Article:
Samsung now has a strong 28nm FD-SOI tape-out pipeline for 2016, and interest is rising fast, said Kelvin Low, the company’s Sr. Director of Foundry Marketing. His presentation title said it all: “28FDS – Industry’s First Mass-Produced FDSOI Technology for IoT Era, with Single Platform Benefits.” They’ve already done 12 tape-outs, are working on 10 more now for various applications: application processor, networking, STB, game, connectivity,…., and see more coming up fast and for more applications such as MCU, programmable logic, IoT and broader automotive. It is a mature technology, he emphasized, and not a niche technology. The ecosystem is growing, and there’s lots more IP ready. 28nm will be a long-lived node. Here’s the slide that summed up the current production status:
As you see, the production PDK with the RF add-on will be available this summer. Also, don’t miss the presentations by Synopsys (get it here), which has repackaged the key IP from ST for Samsung customers, Leti on back-bias (get it here), Ciena (they were the Nortel’s optical networking group) and ST (it’s chalk-full of great data on FD-SOI for RF and analog).
If you read Ṙon’s terrific posts here on ASN recently, you already know a lot about where he’s coming from. If you missed them, they are absolute must-reads: here’s Part 1 and here’s Part 2. Really – read them as soon as you’re done reading this.
As he noted in his ASN pieces, NXP’s got two important new applications processor lines coming out on 28nm FD-SOI. The latest i.MX 7 series combines ultra-low power (where they’re dynamically leveraging the full range of reverse back biasing – something you can do only with FD-SOI on thin BOX) and performance-on-demand architecture (boosted when and where it’s needed with forward back-biasing). It’s the first general purpose microprocessor family in the industry’s to incorporate both the ARM® Cortex®-A7 and the ARM Cortex-M4 cores (the series includes single and dual A7 core options). The i.MX 8 series targets highly-advanced driver information systems and other multimedia intensive embedded applications. It leverages ARM’s V8-A 64-bit architecture in a 10+ core complex that includes blocks of Cortex-A72s and Cortex-A53s.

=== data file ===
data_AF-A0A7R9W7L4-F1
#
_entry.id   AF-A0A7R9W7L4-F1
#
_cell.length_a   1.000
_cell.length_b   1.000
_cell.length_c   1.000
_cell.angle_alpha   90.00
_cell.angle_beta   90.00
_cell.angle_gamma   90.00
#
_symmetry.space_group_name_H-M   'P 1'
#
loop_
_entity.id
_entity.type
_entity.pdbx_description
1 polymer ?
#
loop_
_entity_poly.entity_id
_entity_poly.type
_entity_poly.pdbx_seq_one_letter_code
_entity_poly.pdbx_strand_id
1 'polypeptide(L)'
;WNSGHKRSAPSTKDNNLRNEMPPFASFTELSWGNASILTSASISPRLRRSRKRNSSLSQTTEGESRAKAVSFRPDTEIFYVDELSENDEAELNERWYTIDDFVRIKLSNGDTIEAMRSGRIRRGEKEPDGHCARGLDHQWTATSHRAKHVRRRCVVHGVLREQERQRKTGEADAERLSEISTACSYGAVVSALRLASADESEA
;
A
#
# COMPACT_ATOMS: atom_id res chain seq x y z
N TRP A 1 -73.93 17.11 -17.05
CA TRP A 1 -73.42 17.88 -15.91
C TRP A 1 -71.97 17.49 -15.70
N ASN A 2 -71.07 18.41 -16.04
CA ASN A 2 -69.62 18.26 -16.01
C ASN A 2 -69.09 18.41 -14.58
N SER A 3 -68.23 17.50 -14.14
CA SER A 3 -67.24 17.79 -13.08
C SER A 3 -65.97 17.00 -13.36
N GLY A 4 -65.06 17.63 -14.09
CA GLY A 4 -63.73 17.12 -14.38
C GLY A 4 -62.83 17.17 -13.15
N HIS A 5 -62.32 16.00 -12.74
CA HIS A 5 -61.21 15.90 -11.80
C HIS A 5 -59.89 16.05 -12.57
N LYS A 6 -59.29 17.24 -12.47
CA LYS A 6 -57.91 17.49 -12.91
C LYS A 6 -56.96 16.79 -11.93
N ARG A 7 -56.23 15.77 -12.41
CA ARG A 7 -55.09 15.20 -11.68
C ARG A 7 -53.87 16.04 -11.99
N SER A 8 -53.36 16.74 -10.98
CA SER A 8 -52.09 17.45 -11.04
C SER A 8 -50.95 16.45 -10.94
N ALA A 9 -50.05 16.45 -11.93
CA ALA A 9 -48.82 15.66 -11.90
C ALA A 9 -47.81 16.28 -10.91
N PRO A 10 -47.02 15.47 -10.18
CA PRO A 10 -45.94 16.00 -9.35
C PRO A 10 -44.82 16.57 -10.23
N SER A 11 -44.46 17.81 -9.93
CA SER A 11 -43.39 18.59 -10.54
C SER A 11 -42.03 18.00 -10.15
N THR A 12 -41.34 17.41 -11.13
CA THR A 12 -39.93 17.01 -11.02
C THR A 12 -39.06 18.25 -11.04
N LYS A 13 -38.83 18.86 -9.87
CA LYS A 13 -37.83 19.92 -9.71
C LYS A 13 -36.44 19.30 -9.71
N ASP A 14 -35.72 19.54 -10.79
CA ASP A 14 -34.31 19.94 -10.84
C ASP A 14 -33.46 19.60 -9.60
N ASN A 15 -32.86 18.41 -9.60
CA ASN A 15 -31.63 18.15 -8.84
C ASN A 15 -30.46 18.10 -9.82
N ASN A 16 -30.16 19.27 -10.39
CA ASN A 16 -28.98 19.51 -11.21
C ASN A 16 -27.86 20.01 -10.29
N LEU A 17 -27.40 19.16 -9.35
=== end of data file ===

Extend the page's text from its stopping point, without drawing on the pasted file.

In his San Jose presentation, Ron said that FD-SOI is all about smart architecture, integration and differentiating techniques for power efficiency and performance. And the markets for NXP’s i.MX applications processors are all about diversification, in which a significant set of building blocks will be on-chip. The IoT concept requires integration of diverse components, he said, meaning that a different set of attributes will now be leading to success. “28nm FD-SOI offers advantages that allows scaling from small power efficient processors to high performance safety critical processor,” he noted – a key part of the NXP strategy. Why not FinFET? Among other things, it would bump up the cost by 50%. Here are other parts of the comparison he showed: